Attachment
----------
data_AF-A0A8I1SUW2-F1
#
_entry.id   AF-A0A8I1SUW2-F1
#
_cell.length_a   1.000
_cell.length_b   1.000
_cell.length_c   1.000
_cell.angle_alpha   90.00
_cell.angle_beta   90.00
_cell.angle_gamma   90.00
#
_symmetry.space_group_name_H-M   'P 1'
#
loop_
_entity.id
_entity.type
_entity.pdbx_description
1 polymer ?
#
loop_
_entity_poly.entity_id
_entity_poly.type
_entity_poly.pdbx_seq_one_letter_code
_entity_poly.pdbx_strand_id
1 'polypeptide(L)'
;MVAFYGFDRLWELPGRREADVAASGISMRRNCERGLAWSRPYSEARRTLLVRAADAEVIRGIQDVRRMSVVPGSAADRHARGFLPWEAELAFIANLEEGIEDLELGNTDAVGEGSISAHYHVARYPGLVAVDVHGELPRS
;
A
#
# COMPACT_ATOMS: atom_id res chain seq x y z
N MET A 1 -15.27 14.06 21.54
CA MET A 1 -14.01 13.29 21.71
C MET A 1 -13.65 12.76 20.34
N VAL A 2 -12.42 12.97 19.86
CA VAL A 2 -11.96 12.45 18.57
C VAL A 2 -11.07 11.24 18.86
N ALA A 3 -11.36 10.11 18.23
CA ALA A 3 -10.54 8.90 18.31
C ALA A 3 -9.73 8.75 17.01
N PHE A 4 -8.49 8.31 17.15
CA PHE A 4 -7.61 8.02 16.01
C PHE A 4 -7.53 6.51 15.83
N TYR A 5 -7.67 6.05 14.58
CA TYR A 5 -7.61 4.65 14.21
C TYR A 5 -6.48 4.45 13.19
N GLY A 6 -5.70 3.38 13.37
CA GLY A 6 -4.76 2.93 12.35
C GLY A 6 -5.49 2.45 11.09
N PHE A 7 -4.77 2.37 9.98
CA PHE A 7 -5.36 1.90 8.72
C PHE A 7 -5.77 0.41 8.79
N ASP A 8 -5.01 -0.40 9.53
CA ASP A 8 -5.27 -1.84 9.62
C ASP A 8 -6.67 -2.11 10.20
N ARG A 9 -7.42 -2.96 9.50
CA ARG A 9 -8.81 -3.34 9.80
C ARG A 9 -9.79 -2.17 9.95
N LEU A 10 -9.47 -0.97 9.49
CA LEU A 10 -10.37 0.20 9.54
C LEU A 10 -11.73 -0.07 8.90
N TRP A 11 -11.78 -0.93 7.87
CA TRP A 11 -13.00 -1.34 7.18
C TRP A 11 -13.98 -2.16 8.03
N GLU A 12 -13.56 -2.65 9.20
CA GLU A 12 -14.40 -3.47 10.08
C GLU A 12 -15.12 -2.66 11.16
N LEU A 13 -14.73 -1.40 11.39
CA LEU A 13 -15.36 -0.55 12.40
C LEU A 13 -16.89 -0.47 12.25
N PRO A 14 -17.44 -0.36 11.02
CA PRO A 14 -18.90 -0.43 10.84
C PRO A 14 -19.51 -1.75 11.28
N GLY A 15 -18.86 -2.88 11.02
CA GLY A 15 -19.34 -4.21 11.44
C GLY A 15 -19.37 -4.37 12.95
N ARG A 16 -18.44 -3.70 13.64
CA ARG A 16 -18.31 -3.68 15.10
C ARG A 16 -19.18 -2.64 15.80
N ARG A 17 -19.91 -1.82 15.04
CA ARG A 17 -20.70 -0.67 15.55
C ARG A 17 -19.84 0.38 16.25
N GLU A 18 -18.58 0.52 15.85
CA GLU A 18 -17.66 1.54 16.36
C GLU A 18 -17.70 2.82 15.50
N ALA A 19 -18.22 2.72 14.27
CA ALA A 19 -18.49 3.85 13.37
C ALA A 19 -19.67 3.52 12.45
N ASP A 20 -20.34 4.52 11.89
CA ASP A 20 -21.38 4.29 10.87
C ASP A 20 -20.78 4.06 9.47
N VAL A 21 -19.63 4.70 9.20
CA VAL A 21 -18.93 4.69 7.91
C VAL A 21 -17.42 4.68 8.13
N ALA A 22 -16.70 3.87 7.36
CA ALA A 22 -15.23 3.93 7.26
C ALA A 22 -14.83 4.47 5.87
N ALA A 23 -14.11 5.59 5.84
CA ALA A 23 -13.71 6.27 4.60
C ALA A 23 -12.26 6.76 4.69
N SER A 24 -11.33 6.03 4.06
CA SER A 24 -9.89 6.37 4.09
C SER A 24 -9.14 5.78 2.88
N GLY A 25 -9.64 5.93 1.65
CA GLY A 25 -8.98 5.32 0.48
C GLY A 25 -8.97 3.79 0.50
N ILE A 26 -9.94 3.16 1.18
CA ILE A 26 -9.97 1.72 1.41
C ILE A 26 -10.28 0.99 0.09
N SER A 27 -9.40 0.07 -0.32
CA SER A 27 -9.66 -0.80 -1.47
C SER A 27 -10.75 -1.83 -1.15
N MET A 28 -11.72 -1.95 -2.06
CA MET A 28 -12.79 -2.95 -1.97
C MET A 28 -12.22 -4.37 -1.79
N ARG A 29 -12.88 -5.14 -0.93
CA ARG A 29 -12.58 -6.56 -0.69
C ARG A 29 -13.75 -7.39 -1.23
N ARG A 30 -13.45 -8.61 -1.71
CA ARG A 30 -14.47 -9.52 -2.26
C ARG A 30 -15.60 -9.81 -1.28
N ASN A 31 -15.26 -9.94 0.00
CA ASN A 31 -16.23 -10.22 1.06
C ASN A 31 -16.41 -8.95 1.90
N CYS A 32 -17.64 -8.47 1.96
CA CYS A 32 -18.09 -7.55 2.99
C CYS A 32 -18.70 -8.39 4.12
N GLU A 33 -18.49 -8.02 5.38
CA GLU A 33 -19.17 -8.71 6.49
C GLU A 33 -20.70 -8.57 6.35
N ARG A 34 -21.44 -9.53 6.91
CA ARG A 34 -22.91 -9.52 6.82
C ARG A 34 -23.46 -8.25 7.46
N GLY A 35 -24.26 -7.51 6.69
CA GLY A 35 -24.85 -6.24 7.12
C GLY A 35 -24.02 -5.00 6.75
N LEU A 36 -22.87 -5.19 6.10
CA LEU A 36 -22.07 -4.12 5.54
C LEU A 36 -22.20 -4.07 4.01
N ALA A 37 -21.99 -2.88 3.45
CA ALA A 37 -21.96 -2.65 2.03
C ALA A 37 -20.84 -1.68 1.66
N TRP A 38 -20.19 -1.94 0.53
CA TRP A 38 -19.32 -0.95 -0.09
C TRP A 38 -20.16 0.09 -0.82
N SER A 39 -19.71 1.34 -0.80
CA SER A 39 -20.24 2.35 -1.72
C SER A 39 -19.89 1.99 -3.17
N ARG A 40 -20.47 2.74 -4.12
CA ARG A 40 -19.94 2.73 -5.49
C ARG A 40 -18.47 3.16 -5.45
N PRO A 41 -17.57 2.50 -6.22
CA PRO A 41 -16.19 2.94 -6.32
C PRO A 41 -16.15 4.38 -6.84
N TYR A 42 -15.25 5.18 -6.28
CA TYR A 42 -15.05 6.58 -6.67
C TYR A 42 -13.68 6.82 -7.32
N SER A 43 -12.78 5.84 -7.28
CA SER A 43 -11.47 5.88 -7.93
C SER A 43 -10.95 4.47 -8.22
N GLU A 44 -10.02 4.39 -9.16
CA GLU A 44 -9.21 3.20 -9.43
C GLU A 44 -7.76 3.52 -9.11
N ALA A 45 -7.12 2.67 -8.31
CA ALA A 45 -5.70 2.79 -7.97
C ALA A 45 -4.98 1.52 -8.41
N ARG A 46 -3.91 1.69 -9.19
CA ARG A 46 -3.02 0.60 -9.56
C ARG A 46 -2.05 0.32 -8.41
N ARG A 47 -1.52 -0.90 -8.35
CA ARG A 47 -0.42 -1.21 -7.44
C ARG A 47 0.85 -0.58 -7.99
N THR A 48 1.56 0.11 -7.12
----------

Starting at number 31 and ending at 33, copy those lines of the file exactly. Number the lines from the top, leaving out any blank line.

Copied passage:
N MET A 1 -15.27 14.06 21.54
CA MET A 1 -14.01 13.29 21.71
C MET A 1 -13.65 12.76 20.34